Tabletalk Rewrites the Covenant

March 2004

The February 2004 issue of Tabletalk, a monthly magazine published by Ligonier Ministries, contains a lethal misrepresentation of the Covenant of Grace. In its February 18 "devotional," we read these words:

"The book of Hebrews uses this story [of ancient Israel] as a basis for warning Christians to persevere, thereby proving that the new covenant can be broken as well [as the Mosaic could]....

"The fact that Hebrews gives real warnings and teaches that the new covenant can be broken might seem strange to those of us from a Reformed background. After all, are not the elect secure in their salvation? Surely it is not possible for the elect to lose their salvation?... How then can these warnings be real?

"The answer lies in the concept of covenant. When God makes a covenant, He makes a covenant with both believers and unbelievers, with both the elect and the reprobate.... Human beings are responsible to keep the covenant...."

Nothing could be further from the truth. First, Hebrews says that the new covenant is better than the old Mosaic covenant:

"But now he [Christ] has obtained a more excellent ministry, inasmuch as he is also Mediator of a better covenant, which was established on better promises [than the Mosaic covenant]. For if the first covenant had been faultless, then no place would have been sought for a second."

Second, the new covenant, says Hebrews, is better because it cannot be broken:

"I will put my laws in their mind and write them on their hearts; and I will be their God and they shall be my people. None of them shall teach his neighbor and none his brother, saying, 'Know the Lord,' for all shall know me, from the least of them to the greatest of them " (Hebrews 8:10-11).

There is no possibility of these things not happening: "All shall know me."

Third, God does not make the new covenant, the Covenant of Grace, with both the reprobate and the elect, despite what Tabletalk says. The Covenant is made with the elect only. Question 31 (and many other questions as well) of the Westminster Larger Catechism makes this perfectly clear:

"Q.31 With whom was the Covenant of Grace made?

"A. The Covenant of Grace was made with Christ as the second Adam, and in him with all the elect as his seed."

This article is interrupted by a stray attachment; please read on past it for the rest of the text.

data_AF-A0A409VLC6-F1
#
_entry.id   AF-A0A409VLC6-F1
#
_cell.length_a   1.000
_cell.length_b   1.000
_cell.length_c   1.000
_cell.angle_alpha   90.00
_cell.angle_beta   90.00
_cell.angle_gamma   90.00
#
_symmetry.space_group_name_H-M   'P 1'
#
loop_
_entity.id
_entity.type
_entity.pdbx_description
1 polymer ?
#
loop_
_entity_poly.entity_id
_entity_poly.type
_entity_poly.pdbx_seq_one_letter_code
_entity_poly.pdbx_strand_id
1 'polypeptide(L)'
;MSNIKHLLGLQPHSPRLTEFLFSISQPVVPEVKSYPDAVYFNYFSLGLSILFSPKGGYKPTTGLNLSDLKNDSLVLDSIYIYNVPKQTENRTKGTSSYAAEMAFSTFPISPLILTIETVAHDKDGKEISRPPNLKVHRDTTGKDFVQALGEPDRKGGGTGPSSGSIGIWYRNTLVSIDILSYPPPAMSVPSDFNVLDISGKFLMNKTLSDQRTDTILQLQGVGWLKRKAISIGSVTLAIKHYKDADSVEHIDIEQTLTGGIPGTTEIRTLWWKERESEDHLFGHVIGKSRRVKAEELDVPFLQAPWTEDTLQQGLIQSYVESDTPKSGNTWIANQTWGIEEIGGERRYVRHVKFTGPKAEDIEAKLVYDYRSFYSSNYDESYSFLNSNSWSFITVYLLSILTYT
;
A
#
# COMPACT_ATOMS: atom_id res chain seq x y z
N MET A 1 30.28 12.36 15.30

In the new and better covenant, God the Father made an agreement with God the Son, Jesus Christ. Acting as the Mediator, as the Representative and Substitute for his people, the elect, Jesus Christ fulfilled all the conditions of the Covenant of Works that Adam had failed to fulfill. Jesus procured all the blessings of salvation for his people, and that salvation he gives to them all as a free gift.

What Tabletalk is teaching is false doctrine. Tabletalk's covenant is the basis of the Antichristian Neolegalism that is sweeping through Reformed churches. This false covenant does not recognize the role of Christ as Mediator. Instead, it requires believers to fulfil unspecified conditions of the covenant in order to keep their salvation. In this false covenant, there is no room for Christ as the Substitute for and Representative of his people, who alone met the conditions the holiness of God requires for salvation: perfection. In this false covenant there is no room for Christ as Savior. In this false covenant, the doctrine of the imputation of Christ's righteousness as the necessary and sufficient ground for salvation of sinners is denied. In this false covenant, sinners are told that they themselves must meet the conditions of salvation, the "obligations of the covenant," and by their own "covenant faithfulness" obtain the blessings of the covenant.

If they love the brethren and the truth, the writers, editors, and publishers of Tabletalk must issue an immediate apology to their readers, and a correction and retraction for these false statements. Their failure to do so will justifiably cause many more to doubt the doctrinal soundness of Tabletalk. For three years Tabletalk gave Douglas Wilson, a proponent of Neolegalism, a platform for his views; now the magazine is giving George Grant, a featured speaker at the Auburn Avenue Presbyterian Church (which is the primary source of Neolegalism in the PCA), a platform for his views.

When taken to task two years ago for saying in Tabletalk that Peter was the head of the church, the editor of Tabletalk refused to issue a correction or retraction to his readers. So the magazine's record is not good.

The question we must ask is, Will Tabletalk repudiate Neolegalism and its proponents, or will it continue to teach it and to give the proponents of Neolegalism a platform?

John Robbins
The Trinity Foundation
March 4, 2004

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